Tue | Jun 19, 2018

RJRGLEANER Honour Awards | For Voluntary Service: Boys' Town - a model for every community

Published:Thursday | February 1, 2018 | 12:00 AM
Professor Winston Davidson
Junior Lincoln, vice-chairman and president of the Boys’ Town Old Boys’ Association.
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Boys' Town has served over 75 years as a good example of partnership between government, private sector, civil society and community in promoting social development, particularly of children and youth; as well as promoting good governance at the community, local and national levels.

The idea for Boys' Town came out of a commission of enquiry in the 1930s, with the aim to establish work for young males in the prison system. After it was accepted and approved by the governor at the time, the Young Men's Christian Association (YMCA), alongside Father Hugh Sherlock, broke ground at the Jones Town Baptist Church in 1940, for what was named the Kingston Boys' Club, before it moved to its current location in Trench Town, two years later.

The all-age school was established to accommodate 200 children, and sometime after that came youth/work integrated community development which, because of its reach, is occasionally confused with individual community-based programmes, community research, and other forms of community interventions.

Junior Lincoln, vice-chairman and president of the Boys' Town Old Boys'' Association, told The Gleaner: "In the 1980s, it became a matter of importance to meet with other organisations that come into the community, whether for an interest in sports, charitable outreach or cultural education and exchange, to show them Boys' Town can help to achieve the goals as a team in order to properly benefit the five districts that make up Trench Town. That's how the Community Development Committee (CDC) arm in association with Boys' Town was formed."

Now, some 1,000 individuals benefit from the Boys' Town Community Intervention Programme on a day-to-day basis. Areas of the programme incorporate the infant and primary school, after-school activities, vocational training, sports, scholarship support, community outreach, sports clubs, spiritual and cultural activities.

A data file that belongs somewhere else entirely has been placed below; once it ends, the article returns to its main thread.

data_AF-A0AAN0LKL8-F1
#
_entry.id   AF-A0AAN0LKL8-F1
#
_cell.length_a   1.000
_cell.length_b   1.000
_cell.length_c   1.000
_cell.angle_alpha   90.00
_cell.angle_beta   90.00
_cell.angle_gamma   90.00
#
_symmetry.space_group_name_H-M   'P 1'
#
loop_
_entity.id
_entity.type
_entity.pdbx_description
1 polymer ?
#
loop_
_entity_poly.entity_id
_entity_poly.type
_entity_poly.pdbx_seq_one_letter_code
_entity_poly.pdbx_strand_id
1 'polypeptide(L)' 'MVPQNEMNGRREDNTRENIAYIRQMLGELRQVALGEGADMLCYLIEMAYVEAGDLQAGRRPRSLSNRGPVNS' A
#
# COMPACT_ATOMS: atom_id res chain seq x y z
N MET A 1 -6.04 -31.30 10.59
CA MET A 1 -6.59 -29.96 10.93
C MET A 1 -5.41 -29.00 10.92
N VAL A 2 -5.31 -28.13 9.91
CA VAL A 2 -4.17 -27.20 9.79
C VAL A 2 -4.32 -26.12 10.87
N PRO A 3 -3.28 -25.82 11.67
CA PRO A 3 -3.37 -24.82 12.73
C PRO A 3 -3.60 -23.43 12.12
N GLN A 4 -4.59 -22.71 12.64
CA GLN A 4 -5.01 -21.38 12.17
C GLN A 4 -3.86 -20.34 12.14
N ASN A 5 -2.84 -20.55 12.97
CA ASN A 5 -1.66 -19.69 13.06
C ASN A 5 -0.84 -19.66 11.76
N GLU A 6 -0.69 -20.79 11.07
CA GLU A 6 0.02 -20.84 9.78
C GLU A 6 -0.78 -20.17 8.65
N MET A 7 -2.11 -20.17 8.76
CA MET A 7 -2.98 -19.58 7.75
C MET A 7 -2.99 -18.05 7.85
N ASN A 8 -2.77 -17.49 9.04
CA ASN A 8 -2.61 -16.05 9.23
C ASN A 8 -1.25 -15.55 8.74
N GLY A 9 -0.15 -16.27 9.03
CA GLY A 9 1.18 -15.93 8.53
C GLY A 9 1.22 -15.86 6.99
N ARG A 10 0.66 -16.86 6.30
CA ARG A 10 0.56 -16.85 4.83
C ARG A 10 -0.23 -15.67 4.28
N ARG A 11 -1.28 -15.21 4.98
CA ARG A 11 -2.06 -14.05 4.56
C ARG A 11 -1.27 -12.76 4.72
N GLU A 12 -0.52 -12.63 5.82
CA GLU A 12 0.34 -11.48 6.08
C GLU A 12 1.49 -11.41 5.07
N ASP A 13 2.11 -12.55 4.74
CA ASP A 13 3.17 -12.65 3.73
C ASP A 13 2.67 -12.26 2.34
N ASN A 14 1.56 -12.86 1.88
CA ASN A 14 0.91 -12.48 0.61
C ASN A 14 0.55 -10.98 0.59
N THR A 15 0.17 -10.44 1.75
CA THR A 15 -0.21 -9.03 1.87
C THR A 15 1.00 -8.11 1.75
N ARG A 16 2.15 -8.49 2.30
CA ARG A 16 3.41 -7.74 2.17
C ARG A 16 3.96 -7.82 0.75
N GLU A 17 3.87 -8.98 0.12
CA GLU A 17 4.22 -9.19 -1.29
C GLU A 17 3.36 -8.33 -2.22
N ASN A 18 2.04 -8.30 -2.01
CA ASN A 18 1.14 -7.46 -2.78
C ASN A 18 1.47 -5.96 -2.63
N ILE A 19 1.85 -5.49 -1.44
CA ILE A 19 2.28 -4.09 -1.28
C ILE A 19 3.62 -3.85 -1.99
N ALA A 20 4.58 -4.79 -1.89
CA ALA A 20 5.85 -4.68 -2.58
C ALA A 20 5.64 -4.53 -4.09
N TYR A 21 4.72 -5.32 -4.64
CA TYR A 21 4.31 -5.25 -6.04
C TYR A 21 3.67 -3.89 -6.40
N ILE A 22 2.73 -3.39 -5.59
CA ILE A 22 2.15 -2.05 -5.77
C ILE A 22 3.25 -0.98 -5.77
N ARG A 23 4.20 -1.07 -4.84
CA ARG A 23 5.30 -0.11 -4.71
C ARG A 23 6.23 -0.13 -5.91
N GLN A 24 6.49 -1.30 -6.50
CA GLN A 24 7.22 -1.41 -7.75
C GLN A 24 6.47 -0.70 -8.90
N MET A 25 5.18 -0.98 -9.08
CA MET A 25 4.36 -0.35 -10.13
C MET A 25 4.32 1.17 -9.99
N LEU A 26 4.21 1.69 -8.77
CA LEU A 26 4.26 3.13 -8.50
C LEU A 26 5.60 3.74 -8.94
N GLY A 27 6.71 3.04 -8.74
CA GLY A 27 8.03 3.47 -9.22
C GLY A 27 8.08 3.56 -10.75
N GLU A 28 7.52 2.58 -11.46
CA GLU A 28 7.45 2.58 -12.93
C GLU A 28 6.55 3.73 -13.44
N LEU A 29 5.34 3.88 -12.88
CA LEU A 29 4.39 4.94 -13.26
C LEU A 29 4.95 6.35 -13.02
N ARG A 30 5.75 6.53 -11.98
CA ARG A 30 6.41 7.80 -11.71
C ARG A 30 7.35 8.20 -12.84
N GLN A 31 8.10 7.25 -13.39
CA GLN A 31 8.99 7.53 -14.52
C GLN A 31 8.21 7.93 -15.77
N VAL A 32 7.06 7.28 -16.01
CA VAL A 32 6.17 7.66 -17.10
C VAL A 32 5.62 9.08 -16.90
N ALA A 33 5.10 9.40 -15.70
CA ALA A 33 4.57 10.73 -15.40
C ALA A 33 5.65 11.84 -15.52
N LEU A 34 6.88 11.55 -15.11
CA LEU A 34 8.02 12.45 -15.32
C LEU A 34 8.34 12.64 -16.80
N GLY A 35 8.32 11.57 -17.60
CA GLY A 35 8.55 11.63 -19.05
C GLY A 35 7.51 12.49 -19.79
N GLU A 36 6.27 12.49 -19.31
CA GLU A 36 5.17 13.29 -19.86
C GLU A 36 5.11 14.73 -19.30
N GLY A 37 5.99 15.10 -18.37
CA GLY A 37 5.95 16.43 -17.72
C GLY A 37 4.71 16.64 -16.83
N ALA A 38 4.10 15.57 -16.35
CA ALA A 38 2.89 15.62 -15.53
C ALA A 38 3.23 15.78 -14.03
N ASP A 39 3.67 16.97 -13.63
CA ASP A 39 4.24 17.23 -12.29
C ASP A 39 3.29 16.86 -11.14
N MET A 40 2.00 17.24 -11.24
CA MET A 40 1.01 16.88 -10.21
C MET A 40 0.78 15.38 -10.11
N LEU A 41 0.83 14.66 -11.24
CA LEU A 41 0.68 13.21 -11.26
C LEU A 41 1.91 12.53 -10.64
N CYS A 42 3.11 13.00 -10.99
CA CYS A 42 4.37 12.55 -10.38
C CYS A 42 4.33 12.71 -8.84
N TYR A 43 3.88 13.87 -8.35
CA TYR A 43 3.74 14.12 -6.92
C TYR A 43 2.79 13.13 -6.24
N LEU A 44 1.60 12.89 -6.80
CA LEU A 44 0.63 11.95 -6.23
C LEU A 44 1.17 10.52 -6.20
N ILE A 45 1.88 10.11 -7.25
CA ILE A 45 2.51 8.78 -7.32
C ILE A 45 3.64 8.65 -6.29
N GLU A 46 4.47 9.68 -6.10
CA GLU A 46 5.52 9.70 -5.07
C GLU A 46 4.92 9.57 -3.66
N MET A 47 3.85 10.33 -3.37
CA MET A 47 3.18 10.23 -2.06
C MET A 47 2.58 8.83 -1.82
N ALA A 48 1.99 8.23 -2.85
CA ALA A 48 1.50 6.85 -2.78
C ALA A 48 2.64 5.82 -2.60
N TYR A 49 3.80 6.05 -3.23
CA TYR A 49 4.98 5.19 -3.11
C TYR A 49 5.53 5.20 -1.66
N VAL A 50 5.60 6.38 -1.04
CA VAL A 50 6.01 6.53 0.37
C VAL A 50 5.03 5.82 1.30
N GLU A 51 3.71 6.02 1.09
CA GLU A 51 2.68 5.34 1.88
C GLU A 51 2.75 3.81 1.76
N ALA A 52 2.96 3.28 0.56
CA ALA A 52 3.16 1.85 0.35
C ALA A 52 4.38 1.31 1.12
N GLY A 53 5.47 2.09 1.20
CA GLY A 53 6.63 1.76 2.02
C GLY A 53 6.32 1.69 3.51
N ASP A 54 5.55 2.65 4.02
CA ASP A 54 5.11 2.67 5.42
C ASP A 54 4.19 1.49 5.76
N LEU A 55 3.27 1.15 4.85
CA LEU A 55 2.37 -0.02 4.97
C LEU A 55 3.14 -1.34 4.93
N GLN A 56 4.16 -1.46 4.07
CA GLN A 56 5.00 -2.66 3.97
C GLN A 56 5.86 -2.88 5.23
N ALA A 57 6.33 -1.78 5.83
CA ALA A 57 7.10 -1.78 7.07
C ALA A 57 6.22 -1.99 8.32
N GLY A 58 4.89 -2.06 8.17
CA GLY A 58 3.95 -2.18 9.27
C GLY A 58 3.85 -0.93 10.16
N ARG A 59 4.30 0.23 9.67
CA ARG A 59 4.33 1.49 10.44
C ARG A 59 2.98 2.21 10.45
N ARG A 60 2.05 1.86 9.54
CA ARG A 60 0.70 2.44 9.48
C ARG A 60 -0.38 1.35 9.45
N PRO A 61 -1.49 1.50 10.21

Developing the whole human being

 

The infant and primary school caters to 350 students; the HEART vocational training centre has a graduation number of 300 per year; the sports education facilities and clubs host another 300 youths; and about 40 to 50 persons are a part of the senior club at Boys' Town.

"The programme carries with it a three-prong model; it is a triangle of developing the whole human being to become a whole citizen. First is the spirit guided by a value system instead of denomination as we are not a church, but which gets the young people involved in Bible studies and various Sunday school programmes. Second is the mind tied into the education as well as the training and the cultural component. And, finally, the body, involved in sports and nutrition for the inner-city," said the organisation's chief executive officer, Trevor Spence.

The school and staff are funded by Ministry of Education, and Boys' Town partners with a number of stakeholders, including churches, service groups, and educational institutions across the island, HEART Trust/NTA, among other non-governmental and private-sector organisations, such as the CB Facey Foundation.

Its greatest resource, however, is the level of voluntarism from persons who have benefited, live in and around the community or have heard about the extensive programme and want to assist.

Many of Jamaica's local and international musicians and sportsmen (athletes and coaches) who have contributed to and positioned culture on the global map are products of Boys' Town. Some of them are Alton 'I'm Still in Love With You' Ellis; Joe Higgs known for tutoring Bob Marley and the Wailers; Hortense 'I'm Just a Girl' Ellis; Oneal Gordon Smith (Collie Smith); Locksley Comrie, past president of the Jamaica Football Federation; Carl Brown, professional footballer and coach.

Boys' Town is a model for other groups to follow, according to chairman, Professor Winston Davidson, "in the sense that the numerous successes have had great impact on all areas of cultural, social, economic and spiritual life in the inner city."

"When applied in the right way, it can create the conditions for the kind of sustainable development using the voluntarism of persons within the communities. One aspect of vital importance is how it

has given leadership in the communities in such a way as to reinforce and disseminate in the communities that are sustainable," said Davidson.

The objective of the diverse programmes provided by Boys' Town is made clear in its vision statement: "To empower people and communities and contribute to nation-building through development of human potential and training in responsible citizenship."